Snowmageddon = Stalingrad?

February 8, 2010  |  Hobbies, No Sidebar, Personal, Reenacting

Marc had the workday from hell yesterday/today. For those of you who are unaware, he’s currently working as a security guard in downtown DC while he waits for his security clearance to come through for a government job. Since buildings still need guards even when nobody’s around, he had to go into work yesterday even though the feds were closed.

He was originally scheduled to work from 11pm last night until 7am this morning, but due to the staffing/travel difficulties due to the blizzard aftereffects, he ended up working from 11pm last night until 3pm this afternoon, and because the buses weren’t running and his phone was dead, he had to walk 3 miles, through the snow, to get back to our apartment from the nearest metro station that was still running (it took 2.5 hours for him to get home, all told).

Sounds like a day from hell, right? Well, ever the one to make light of a bad situation, and always a reenactor, on his trek through the snow Marc imagined that he was a German soldier assaulting Stalingrad during WWII. When he got home, he wrote down his night/day experiences from that fictitious viewpoint in the form of short diary entries.

When he was finished, he posted them on his blog. It’s a pretty hilarious read when you think about what was actually going on. You can read it there, or read it here, where I have re-posted it for your own convenience.

(Note: “Ivan” was the nickname German soldiers had for Russians.)

The last 36 hours of my life, narrated as though the historiographic lens of a frontsoldat.

2215: Heading towards the K and 19th sector on the Stalingrad front.  Mien Gott, will this winter never end?  I do not wish to leave the comfort of my barracks, but too many units have shirked their duty, and I know that the weary troops in this sector need reinforcements.

2230:  Movement to the front lines hampered by poor road conditions.  The Opels are having trouble navigating these difficult surfaces.

2245:  Arrived on site, relieving the previous unit.  Looks like an exhausted gang of Romanian conscripts.  Their uniforms are shabby, and some are dressed in civilian clothes.  Nevertheless, our tour will be short.

2300: On post in the trenches at the front lines.  All is quiet.  The heavy snow seems to have driven Ivan back into his den.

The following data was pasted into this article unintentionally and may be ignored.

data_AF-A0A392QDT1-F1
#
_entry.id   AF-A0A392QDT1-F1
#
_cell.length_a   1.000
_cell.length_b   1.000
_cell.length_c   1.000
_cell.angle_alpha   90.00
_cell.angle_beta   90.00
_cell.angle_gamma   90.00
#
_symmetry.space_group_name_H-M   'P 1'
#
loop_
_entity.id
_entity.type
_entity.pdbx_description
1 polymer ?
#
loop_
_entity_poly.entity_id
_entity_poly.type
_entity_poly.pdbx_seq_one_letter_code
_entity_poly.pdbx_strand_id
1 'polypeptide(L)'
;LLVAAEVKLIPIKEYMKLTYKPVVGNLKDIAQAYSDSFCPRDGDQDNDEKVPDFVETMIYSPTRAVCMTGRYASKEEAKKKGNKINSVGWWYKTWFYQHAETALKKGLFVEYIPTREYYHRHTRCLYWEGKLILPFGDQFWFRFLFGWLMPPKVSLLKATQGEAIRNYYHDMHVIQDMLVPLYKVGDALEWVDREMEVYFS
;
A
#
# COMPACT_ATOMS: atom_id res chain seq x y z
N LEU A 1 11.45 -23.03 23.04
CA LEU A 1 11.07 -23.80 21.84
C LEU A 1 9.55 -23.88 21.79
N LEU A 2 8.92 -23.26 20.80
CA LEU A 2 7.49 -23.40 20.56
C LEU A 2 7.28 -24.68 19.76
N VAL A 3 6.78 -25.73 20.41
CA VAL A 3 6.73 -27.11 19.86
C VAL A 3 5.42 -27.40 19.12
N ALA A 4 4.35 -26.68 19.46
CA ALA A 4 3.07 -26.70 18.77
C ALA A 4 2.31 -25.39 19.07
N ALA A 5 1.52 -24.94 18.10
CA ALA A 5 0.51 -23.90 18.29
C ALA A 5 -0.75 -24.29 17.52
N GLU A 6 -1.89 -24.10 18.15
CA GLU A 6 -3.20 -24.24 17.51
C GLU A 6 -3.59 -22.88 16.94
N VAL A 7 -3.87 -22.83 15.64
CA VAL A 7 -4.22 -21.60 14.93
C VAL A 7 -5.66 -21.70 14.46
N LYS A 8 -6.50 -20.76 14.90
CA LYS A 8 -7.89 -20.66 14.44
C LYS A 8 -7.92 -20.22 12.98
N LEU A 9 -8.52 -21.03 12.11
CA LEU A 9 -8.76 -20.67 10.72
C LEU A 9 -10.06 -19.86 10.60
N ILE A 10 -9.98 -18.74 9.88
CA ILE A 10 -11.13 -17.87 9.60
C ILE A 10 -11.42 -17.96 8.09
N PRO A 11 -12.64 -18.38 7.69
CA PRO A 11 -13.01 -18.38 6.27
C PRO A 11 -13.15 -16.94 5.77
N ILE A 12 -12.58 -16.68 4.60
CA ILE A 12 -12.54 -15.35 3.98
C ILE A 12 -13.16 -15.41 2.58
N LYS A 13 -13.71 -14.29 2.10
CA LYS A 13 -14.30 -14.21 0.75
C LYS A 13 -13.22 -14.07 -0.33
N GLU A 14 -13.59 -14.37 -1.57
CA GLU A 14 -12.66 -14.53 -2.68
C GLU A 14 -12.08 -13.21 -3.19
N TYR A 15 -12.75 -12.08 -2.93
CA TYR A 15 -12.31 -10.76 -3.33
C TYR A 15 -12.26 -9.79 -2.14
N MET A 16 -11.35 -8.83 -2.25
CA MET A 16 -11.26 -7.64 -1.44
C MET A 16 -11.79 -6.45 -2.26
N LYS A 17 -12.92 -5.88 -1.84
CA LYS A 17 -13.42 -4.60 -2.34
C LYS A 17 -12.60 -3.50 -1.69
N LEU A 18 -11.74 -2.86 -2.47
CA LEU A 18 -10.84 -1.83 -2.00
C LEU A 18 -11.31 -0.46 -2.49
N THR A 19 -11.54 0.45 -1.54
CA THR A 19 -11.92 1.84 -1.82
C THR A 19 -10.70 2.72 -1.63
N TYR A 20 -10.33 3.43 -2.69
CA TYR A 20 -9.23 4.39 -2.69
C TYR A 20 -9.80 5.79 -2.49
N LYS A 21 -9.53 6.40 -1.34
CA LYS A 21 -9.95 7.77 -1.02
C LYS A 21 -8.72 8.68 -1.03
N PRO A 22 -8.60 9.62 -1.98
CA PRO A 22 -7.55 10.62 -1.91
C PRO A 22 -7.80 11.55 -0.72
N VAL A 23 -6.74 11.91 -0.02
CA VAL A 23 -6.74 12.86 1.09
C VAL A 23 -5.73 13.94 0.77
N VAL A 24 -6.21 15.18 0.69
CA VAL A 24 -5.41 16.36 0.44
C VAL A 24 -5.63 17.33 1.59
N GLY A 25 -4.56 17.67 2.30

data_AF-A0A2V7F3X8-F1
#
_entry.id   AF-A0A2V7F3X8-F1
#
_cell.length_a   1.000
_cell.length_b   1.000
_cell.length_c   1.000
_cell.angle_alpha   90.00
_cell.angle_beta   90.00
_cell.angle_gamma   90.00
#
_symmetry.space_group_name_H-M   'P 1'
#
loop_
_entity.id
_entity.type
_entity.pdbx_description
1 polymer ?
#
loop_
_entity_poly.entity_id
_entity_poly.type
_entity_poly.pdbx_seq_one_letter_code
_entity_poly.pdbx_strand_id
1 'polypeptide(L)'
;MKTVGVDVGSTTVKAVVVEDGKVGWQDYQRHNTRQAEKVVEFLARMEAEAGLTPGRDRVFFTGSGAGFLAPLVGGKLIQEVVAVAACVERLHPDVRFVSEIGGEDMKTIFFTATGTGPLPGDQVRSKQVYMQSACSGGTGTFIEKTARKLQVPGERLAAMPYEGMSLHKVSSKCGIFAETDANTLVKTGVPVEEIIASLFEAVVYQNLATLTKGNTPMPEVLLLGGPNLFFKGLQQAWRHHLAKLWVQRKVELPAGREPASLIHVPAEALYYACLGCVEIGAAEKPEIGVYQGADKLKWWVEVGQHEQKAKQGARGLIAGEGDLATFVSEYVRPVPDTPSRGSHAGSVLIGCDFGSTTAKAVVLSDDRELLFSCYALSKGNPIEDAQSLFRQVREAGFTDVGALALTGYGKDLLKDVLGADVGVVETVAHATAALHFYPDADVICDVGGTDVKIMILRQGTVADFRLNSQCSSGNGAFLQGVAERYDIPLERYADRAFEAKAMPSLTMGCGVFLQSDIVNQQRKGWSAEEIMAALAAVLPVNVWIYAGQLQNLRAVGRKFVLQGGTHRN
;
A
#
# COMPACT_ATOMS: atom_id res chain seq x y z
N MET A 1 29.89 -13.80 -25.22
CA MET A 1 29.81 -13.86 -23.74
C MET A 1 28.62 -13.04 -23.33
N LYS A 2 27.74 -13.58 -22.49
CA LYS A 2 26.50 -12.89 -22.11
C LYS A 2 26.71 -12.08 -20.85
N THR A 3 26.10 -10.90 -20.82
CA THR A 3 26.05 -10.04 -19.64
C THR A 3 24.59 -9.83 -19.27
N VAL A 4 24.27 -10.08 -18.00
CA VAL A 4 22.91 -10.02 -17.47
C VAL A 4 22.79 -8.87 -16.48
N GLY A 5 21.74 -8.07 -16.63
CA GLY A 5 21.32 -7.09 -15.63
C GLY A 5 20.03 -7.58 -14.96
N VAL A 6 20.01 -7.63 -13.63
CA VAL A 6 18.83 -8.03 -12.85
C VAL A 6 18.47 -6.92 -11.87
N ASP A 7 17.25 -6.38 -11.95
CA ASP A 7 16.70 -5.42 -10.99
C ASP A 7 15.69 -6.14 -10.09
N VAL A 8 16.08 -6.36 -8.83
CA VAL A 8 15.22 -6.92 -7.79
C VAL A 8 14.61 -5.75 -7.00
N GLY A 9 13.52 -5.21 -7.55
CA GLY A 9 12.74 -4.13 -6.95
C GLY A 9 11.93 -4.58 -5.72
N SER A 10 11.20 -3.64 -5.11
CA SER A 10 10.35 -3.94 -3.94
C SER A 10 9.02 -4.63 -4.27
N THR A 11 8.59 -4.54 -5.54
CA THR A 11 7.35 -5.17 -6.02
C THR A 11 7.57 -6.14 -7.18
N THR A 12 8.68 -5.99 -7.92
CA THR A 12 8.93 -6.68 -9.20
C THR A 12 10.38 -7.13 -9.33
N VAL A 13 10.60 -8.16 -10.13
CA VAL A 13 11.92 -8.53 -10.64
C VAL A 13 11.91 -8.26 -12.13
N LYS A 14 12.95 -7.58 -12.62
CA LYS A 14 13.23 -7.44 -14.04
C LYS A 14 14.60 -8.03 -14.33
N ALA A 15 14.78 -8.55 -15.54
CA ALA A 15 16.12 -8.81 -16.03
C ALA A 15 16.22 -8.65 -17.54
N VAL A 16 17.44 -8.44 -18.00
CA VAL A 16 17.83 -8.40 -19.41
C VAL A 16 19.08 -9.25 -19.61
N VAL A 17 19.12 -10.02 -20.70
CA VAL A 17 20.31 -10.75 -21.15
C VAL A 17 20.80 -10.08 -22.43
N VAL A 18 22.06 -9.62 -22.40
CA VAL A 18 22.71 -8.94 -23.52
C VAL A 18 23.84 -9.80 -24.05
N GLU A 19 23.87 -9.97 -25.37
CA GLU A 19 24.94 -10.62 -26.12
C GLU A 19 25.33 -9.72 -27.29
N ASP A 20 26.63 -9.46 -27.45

0530: Received call from general headquarters.  Our relief has been delayed due to heavy snow and poor conditions, as well as an anticipated Ivan attack across the front lines.  No word on when our reinforcements will arrive, if ever.

0700:  The established time has elapsed, but my reinforcements are nowhere to be seen.  As the sun rises over ou rsector, I can already tell that this will not be the quiet day we have expected.

0815:  The general offensive begins.  The Ivans are flooding our front gates, albeit in smaller than usual numbers.  Nevertheless, we are only at a third of our strength.  How will we ever hold?

0818: Word has come in.  The same exhausted Romanians we relieved earlier will be coming to reinforce us within a few hours.  I can only pray we hold out that long.

0835:  Staffer from GHQ arrives to assess our situation.  Offensive has been heavy on all fronts, and some posts are barely manned.  Nevertheless, we are holding firm.

0915: The Romanians have arrived.  If they can be trusted to do anything more than lurk in their bunkers in the rear, it will be a miracle.

1100:  There is no sign of our other reinforcements.  We are ordered to hold until 1500, and then fall back.

1245:  The goulash pot comes by, and the men are fed in their trenches.

1500: The appointed time has arrived.  We quickly assure ourselves that the Romanians are at least attempting to appear presentable in the front lines, and then fall back, abandoning them to their fate, as instructed by headquarters.

1515:  Our unit is able to secure a berth on one of the few trains in operation at this point.  Yet heavy snow and partisan sabotage means we can only ride it halfway to our positions.

1550: The appointed transport unit set to take us the rest of the way to our rendezvous point has yet to materialize.  We later learn it is no longer operational.  It appears that the weather and Ivan is causing our entire sector to collapse!

1555: We are able to hitch a ride for about a mile using another transport unit.  They leave us a good 3 miles from our position, to fend for ourselves.

1600:  On the march along frozen roads, under the constant threat of enemy air attack if we expose ourselves too much on the roads.

1735: We are finally home!  Lord knows how many yet remain!  And yet, intelligence expects yet another heavy attack the day after tomorrow.  How much longer can we hold out in the face of such odds?  Nevertheless, now it is time for the men to enjoy some sleep and hot food, something they have not had for the past 19 hours.  When will this war end?


2 Comments


  1. John from Daejeon

    When my days are going really bad, I just think about those really poor souls suffering in gulags in North Korea for just being related to someone who upset the l’il dud’s apple cart, the suffering John McCain (and others) overcame as a POW(s), and those who suffered, were poorly clothed, and poorly fed during the Civil War on the battlefield and at home. Then, my life seems quite blessed after all with a roof, food, and heat (or A/C).

    By the way, since you like to travel, have you thought about becoming an investigator or even an insurance adjuster (taking photos)?

Leave a Reply